These exercise are to encourage you to practice the techniques covered and are NOT for critique.
Do as many as you like- it is entirely up to you! You do not have to send these back to me, but may do so if you wish.
Spend 30 minutes doing quick gesture drawings of a plant. Daffodils or snowdrops are ideal, but any plant with leaves and flowers will work.
Here is a short video that I made on gesture sketches-
Find nine small things that can fit into the palm of your hand. They can be the same type of object, or all types of the same object, or even a random collection of things found on a walk. They don’t even have to all be botanical (e.g. feathers and shells).
Draw them in your sketchbook as line drawings, concentrating on only on the shape and basic features (no tones or colour).
Play around with the arrangement to create an interesting design on the page – it could be an organic scattering or a geometrically-inspired arrangement.
Practice your control of line in pencil and in paint. Do a series of curving lines that lie close to each other. This can be done in pencil, pen or in paint.
Do a series of short lines getting thinner and finer until they are a fine as the hairs on a poppy. Yes, that thin! Fill the page.
Take a Size 6 round brush and make a wash of Indanthrene blue in your palette. Don’t add too much water or the colour will be too dilute. Onto a sheet of watercolour paper, paint a series of short vertical lines in a row. The aim is to paint them as thin as possible.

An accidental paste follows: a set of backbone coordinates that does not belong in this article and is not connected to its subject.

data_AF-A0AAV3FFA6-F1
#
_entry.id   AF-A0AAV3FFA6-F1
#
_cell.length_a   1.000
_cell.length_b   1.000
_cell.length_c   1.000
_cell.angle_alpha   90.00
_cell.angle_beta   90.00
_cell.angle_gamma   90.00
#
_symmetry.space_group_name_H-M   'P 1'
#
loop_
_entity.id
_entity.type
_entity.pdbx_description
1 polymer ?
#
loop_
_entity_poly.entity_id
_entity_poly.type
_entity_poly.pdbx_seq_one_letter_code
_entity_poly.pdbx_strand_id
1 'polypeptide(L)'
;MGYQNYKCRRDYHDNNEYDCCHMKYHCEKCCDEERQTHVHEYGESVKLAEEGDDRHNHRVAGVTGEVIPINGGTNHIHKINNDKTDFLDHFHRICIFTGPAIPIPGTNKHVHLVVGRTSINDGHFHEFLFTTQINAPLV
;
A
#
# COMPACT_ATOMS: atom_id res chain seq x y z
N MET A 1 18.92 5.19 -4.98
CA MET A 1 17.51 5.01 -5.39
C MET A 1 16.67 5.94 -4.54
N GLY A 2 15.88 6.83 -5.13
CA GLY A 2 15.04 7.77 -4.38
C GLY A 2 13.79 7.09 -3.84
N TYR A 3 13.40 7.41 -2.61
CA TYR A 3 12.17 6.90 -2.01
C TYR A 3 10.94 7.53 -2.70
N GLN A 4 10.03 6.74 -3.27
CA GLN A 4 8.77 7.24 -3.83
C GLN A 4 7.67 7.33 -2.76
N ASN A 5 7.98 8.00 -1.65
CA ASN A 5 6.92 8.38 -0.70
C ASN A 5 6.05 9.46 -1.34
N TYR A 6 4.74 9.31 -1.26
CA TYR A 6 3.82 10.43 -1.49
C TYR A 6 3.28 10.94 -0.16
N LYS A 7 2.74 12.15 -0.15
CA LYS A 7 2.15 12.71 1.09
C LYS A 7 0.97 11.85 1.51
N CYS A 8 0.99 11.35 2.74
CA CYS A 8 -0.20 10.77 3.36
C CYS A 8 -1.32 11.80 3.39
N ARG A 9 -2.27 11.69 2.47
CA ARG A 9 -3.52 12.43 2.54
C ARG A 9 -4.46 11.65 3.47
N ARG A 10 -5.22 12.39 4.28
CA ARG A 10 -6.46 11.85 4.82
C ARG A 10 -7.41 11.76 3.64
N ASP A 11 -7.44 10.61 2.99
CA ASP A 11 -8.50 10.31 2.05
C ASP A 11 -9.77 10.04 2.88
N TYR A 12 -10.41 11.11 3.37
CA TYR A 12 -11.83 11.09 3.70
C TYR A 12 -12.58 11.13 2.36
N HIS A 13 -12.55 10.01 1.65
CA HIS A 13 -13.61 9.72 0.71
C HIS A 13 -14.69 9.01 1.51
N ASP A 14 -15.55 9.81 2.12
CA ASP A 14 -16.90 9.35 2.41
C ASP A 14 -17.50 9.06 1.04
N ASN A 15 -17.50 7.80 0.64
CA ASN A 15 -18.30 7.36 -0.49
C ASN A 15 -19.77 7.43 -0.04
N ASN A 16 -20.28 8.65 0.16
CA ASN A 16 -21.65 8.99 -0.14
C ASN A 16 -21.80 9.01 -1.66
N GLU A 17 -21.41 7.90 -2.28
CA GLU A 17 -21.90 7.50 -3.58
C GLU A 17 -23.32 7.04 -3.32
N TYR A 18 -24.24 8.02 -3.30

If you go straight from palette to watercolour paper, it is very difficult to paint thin lines. You get vertical blobs rather than hairs.
Try it again, but this time wipe the brush several times on the ‘squiggle sheet’ to remove the wetness from the brush before you paint the vertical lines.
Keep painting the lines, wiping the brush again on the ‘squiggle sheet’ if you feel that the paint is too wet.
With practice your lines become finer, and you begin to understand just how much water should be on the brush to draw very fine lines with your paint brush.
Note: We will be covering washes, glazes and dry-brush techniques in the next Modules
Write your favourite quote in a calligraphic font with a paintbrush!
Use an online font generator to help design the text.
Select a monocot leaf (e.g. daffodil, hosta, iris, grass, onion etc.) and draw a simple line drawing showing the leaf veins in pencil or ink. Note: the veins in monocots are usually drawn as a single line.
Select a dicot leaf (e.g. hydrangea, ivy, lettuce, cherry, roses etc.) where the veins can be seen clearly. Draw a simple line drawing of a leaf that shows the venation pattern.
Practice looking at the shapes between the veins rather than focusing on the veins themselves.
Are you fluent in Line?
Practice your ability to ‘read line’ by looking at work by past masters or artist that you admire.
Consider the quality of the lines and how these lines have have been used in composition.
Look at the following paintings by Georg Dionysius Ehret 1708-1770 (one of my favourite artists) and identify the types of lines used within the work.
There is a fundamental error in the first painting, proving that even great masters get it wrong at times. Can you spot it? I will give the answer in the second Module.
To Print this Page, Click 1.3 Line Worksheet